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He clench'd his set teeth, and his gauntletted hand;
He stretch'd with one buffet that page on the strand;
As back from the stripling the broken casque rolla,
You might see the blue eyes, and the ringlets of gold.
Short time had Count Albert in horror to staré
On those death-swimming eye-bails, and blood-clotted

hair;
For down came the Templars, like Cedron in flood,
And dyed their long lances in Saracen blood.
The Saracens, Kurdmans, and Ishmaelites yield
To the scallop, the saltier, and crosletted shield;
And the eagles were gorged with the infidel dead,
From Bethsaida's fountains to Napthali's head.

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used, the timorous prey moss, and moor, and holt, and hill; run, he feels his strength decay, And trusts for life his simple skill.

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High o'er the sinner's humbled head

At length the solemn silence broke; And from a cloud of swarthy red,

The awful voice of ikunder spoke.

« Oppressor of creation fair!

Apostate spirits' hardend tool! Scorner of God! Scourge of the poor!

The measure of thy cup is full.

The author had resolved to omit the following version of a well-known poem, in any collection which he might make of his poctical trifles. But the publishers having pleaded for its admission, the author has consented, though not unaware of the disadvantage at which this youthful essay (for it was written in 1795) must appear with those wbich have been executed by much more able hands, in particular that of Mr Taylor of Norwich, and tbat of Mr Spencer,

The following translation was written long before the author saw any other, and originated in the following circumstances. A lady of high rank in the literary world read this romantic tale, as translated by Mr Taylor, in the house of the celebrated Professor Dugald Stewart of Edinburgh. The author was not present, nor indeed in Edinburgh at the time; but a gentleman, who had the pleasure of hearing the ballad, afterwards told him the story, and repeated the remarkable chorus

« Be chased for ever through the wood;

For ever roam the affrighted wild; And let thy fate instruct the proud, God's meanest creatare is his child.s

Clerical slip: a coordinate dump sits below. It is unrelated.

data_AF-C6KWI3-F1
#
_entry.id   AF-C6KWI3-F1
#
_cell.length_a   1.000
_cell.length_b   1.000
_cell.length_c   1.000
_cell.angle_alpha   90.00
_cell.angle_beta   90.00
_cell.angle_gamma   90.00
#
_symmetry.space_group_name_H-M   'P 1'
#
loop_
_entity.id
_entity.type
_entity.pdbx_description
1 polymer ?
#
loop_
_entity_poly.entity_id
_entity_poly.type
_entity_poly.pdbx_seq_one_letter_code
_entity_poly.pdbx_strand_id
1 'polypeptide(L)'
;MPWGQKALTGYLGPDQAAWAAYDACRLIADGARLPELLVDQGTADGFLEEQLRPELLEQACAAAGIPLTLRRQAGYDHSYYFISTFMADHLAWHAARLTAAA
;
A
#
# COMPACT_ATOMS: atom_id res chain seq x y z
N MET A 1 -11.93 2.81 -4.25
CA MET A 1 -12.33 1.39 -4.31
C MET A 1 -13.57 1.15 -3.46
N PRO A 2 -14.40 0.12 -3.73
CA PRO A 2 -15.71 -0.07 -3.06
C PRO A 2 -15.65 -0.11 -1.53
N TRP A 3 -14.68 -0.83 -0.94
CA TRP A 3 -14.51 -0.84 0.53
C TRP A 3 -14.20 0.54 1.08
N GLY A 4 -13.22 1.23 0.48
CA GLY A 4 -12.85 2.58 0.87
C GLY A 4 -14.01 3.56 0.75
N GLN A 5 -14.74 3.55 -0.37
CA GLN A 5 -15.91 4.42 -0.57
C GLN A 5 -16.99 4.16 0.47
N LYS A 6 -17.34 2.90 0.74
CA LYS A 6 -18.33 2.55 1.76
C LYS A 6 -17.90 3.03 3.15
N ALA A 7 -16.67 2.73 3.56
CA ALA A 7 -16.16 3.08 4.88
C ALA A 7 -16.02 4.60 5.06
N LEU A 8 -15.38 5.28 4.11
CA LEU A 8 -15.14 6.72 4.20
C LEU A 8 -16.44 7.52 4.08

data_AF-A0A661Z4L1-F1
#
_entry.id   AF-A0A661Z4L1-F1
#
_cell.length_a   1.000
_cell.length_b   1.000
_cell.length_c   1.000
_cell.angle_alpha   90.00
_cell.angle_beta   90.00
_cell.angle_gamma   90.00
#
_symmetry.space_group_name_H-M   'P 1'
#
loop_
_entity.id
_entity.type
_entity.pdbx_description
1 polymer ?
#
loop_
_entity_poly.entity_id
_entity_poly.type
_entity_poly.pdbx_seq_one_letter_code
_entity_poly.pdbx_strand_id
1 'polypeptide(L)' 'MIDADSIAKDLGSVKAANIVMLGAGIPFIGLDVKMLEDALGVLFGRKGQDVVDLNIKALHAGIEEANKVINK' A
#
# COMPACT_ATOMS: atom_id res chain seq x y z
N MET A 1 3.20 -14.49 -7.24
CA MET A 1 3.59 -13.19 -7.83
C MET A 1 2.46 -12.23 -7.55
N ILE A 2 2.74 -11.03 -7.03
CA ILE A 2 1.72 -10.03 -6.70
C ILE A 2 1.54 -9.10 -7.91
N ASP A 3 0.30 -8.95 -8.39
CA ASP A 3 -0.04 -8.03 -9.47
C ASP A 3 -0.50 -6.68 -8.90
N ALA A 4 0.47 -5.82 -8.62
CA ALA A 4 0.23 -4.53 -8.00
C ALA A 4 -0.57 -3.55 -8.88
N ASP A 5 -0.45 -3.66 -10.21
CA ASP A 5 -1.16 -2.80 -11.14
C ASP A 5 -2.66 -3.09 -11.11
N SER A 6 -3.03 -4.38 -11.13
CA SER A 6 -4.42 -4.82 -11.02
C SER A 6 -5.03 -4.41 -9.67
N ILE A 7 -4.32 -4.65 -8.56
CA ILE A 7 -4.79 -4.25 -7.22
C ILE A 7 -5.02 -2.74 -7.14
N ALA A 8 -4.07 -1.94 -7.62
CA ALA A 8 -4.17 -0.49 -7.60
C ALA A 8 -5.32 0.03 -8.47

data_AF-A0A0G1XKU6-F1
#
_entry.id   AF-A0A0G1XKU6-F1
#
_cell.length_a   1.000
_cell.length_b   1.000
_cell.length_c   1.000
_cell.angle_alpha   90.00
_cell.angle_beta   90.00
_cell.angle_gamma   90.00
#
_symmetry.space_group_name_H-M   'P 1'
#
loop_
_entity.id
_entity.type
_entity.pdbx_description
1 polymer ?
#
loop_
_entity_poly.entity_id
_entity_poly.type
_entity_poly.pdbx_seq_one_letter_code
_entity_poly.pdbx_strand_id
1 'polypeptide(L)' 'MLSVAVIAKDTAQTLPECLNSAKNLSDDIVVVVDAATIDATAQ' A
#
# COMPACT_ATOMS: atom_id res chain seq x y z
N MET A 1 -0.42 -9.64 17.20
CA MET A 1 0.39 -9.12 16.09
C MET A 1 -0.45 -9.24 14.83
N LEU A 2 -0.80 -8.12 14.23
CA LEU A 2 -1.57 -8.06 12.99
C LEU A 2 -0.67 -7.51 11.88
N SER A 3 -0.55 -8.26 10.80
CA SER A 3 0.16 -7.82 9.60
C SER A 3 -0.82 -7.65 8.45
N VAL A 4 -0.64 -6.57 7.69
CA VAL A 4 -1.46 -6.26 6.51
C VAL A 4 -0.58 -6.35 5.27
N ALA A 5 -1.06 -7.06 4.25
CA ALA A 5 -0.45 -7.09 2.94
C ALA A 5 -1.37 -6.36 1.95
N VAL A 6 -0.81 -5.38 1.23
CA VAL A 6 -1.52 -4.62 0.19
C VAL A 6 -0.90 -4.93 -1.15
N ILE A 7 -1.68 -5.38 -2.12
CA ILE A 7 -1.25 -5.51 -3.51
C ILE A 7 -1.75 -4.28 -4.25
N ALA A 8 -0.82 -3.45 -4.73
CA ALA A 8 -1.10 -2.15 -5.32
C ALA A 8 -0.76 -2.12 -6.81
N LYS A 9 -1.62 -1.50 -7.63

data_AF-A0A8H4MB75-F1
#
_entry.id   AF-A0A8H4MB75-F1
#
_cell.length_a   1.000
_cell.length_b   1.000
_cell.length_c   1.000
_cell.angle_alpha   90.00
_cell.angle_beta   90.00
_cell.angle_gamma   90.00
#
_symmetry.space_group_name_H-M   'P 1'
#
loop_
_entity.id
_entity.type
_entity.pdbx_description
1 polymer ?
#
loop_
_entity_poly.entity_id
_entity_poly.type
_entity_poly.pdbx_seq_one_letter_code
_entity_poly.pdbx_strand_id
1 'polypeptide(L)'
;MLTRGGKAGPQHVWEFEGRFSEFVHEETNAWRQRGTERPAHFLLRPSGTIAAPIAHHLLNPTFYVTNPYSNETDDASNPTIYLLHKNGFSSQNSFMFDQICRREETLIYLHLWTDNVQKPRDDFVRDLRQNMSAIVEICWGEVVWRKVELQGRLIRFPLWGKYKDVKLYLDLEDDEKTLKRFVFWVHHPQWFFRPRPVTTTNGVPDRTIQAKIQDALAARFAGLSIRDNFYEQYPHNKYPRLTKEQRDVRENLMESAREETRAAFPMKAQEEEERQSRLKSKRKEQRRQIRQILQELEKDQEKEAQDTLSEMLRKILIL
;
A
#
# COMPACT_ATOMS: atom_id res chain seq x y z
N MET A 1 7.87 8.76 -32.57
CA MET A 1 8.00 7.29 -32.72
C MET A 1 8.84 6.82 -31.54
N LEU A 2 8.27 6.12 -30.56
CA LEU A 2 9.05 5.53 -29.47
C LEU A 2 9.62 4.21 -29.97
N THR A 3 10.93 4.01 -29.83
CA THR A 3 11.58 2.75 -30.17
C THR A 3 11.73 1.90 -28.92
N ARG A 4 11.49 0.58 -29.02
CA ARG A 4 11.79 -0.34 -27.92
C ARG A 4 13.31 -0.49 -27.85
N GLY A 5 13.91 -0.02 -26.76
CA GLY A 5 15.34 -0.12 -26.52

"T was bushid: one flash, of sombre glare,

With yellow tinged the forests brown; L'p rose the Wildgrave's brisding hair,

And horror chill'd each nerve and hone.

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High o'er the sinner's humbled head

At length the solemn silence broke; And from a cloud of swarthy red,

The awful voice of thunder spoke.

« Oppressor of creation fair!

Apostate spirits' harden'd tool ! Scorner of God! Scourge of the poor!

The measure of thy cup is full.

The author had resolved to omit the following version of a well-known poem, in any collection which he might make of his poetical trifles. But the publishers having pleaded for its admission, the author has consented, though not unaware of the disadvantage at which this youthful essay (for it was written in 1795) must appear with those which have been executed by much more able hands, in particular that of Mr Taylor of Norwich, and that of Mr Spencer.

The following translation was written long before the author saw any other, and originated in the following circumstances. A lady of high rauk in the literary world read this romantic tale, as translated by Mr Taylor, in the house of the celebrated Professor Dugald Stewart of Edinburgh. The author was not present, nor indeed in Edinburgh at the time; but a gentleman, who had the pleasure of hearing the ballad, afterwards told him the story, and repeated the remarkable chorus

« Be chased for ever through the wood;

For ever roam the affrighted wild; And let thy fate instruct the proud,

God's meanest creature is his child.»

*T was hushid: one flash, of sombre glare,

With yellow tinged the forests brown; U'p rose the Wildgrave's bristling hair,

And horror chill'd each nerve and bone.

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